Four stories of love, loss and redemption are told in this dramatic comedy from writer/director Brian Jett in his directorial debut, “Let Go.” As candy-colored as it is fun to watch, Jett introduces viewers to a highly thematic examination of humanity, warts and all.
As each character in the film struggles to find the straightened path, they must also reconsider the capacity by which they can change their ways. Will Darla, the ice-hearted vixen, ever learn to stop using men to get her way? Will Artie, the 90-year-old bank robber, find the love he never believed he deserved? Ultimately, the answers to these questions don’t matter — what does matter is the fun viewers will have along the way.
Ironically, “Let Go” might be more aptly named “Hang On,” as Darla, Kris, Artie and parole officer Walter each struggle to keep their heads above water. Darla, played by Gillian Jacobs (“Community”), spurned a crazy ex-boyfriend and then sold his stolen engagement ring on eBay.
Joined by their dependence on Walter to keep them out of trouble, Darla’s story is connected to those of Kris, the high profile LA doctor who stole more than $2 million from insurance companies, and Artie the ex-mobster, played by Ed Asner.
But Walter, played by David Denman of “The Office,” is battling his own demons: a job he can no longer tolerate and a marriage that seems as listless and dull as the monotony of his life. And while each story is spun with a heavy dose of fun, Jett surprises us with his quiet consideration of what it truly means to be human.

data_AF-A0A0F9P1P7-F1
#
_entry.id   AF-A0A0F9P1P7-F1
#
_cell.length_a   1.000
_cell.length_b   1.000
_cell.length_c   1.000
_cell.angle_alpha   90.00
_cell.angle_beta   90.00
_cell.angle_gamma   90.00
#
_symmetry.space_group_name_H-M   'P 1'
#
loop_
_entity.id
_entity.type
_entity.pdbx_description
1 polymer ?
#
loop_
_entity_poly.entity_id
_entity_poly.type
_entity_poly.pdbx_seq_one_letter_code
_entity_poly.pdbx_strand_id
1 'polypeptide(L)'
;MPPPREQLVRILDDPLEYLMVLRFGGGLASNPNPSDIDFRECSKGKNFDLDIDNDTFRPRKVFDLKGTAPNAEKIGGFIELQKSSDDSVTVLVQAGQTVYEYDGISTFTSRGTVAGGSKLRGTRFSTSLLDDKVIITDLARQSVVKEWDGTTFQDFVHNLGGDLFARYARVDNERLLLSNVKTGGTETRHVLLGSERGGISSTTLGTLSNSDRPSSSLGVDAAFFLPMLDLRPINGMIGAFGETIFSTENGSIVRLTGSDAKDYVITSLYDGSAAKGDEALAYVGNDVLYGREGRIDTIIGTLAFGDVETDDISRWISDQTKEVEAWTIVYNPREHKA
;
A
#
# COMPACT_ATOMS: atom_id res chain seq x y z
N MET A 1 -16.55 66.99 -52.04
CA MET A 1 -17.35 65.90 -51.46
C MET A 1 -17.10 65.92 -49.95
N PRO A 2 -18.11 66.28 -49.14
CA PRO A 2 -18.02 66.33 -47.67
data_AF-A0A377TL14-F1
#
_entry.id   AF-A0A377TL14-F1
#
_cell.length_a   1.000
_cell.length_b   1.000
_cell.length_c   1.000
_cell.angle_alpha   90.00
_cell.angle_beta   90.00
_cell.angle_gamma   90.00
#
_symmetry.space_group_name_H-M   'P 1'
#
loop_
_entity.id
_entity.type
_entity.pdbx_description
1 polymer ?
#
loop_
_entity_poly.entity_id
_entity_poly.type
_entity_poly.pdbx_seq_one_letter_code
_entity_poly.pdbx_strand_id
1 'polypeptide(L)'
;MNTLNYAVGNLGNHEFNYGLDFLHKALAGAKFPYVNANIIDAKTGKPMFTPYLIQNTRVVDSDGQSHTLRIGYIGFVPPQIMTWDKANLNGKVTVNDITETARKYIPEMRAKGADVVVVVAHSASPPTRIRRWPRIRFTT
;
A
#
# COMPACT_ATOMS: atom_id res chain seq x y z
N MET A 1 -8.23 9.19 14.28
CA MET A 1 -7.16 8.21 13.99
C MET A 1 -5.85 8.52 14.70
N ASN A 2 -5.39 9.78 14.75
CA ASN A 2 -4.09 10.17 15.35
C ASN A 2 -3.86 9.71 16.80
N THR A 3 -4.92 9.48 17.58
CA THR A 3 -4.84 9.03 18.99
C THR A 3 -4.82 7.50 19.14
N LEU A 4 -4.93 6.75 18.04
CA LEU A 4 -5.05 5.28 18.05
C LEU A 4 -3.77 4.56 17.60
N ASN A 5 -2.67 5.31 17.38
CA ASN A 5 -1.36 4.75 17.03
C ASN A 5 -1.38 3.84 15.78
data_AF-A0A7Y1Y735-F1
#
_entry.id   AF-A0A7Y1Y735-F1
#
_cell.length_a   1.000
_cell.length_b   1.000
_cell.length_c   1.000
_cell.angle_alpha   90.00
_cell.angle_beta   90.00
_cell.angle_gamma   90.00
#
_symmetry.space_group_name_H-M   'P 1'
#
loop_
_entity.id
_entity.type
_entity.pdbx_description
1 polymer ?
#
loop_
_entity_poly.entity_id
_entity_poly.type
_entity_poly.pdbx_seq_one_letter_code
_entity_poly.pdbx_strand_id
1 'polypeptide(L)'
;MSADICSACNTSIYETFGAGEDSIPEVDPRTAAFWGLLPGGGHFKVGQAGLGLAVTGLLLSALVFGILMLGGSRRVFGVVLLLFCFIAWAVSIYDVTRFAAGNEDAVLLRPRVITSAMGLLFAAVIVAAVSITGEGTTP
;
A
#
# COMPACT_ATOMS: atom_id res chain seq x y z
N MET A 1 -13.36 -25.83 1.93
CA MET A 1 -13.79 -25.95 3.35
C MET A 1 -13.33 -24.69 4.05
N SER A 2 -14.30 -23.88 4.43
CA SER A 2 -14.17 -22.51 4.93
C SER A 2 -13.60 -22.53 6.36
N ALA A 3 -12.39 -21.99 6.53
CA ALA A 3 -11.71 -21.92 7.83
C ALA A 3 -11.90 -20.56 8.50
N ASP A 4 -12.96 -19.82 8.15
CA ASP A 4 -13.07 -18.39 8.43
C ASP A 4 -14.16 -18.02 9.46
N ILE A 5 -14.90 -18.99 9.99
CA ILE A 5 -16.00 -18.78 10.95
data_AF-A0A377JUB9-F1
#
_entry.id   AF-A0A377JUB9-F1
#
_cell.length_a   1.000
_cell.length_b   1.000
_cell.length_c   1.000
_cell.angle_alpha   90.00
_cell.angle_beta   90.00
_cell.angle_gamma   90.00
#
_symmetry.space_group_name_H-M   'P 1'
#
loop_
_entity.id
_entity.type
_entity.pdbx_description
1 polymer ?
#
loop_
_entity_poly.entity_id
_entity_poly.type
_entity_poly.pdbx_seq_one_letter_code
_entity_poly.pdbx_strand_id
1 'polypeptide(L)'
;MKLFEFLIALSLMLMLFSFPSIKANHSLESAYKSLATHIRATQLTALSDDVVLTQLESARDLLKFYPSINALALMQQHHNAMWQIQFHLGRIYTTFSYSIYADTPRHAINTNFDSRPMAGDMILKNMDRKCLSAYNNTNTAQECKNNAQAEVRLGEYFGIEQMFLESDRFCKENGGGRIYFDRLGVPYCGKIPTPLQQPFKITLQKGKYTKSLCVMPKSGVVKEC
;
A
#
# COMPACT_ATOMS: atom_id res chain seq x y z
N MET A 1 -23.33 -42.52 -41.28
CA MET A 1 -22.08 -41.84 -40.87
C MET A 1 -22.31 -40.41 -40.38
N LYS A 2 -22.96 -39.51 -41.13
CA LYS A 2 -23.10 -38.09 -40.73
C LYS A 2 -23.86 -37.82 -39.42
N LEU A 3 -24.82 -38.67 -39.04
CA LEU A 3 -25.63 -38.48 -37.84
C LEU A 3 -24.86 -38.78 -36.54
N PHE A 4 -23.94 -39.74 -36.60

Walter, for example, can’t learn to appreciate his own wife until he is jolted awake by Darla’s overt sexuality. And Artie, curmudgeon if ever there was one, can’t be loved until he learns to admit that his real mistake was not in the robbing of 27 various banks.
But the meat of “Let Go” rests on Kris’s ample shoulders. Comedian Kevin Hart takes a fascinatingly understated approach to the ironic humor of his character’s predicament. He did, after all, commit egregious insurance fraud. He ends up losing his license, marriage, reputation, and if that weren’t enough, he must dress as a giant hot dog and wield a “$1.99 combo” sign or risk returning to prison.
While Hart is known for his laugh-out-loud standup, this role allows him to express a wider range of human emotion, of which boisterous laughs, at least on his end, are not the foremost.
The beauty in “Let Go,” aside from the strong performances, is in the visual presentation. Pops of color abound in each scene, symbolically so in some cases. Darla is never seen without her signature bright red lips. Kris entombs himself in a Clorox-white mansion to avoid further humiliation. Artie’s puke-green apartment contrasts with his surprisingly pink complexion. And as Walter sits next to his wife in their strikingly blue living room, she in a bright blue dress, Walter remarks in frustration that sometimes he “feels like he’s drowning.” Each character’s pain is real, but much like Alice in “Alice in Wonderland,” all four seem to be stuck in very surreal situations.
“Let Go” creates likable characters out of previously overdone clichés. Darla and Artie might have easily been reduced to a carbon-copy bombshell and a mean old person, but they inject humanity into roles that could otherwise seem redundant. It is a joy to watch, as much for the visual experience as it is for the emotional substance.Contact Magdalena Bresson.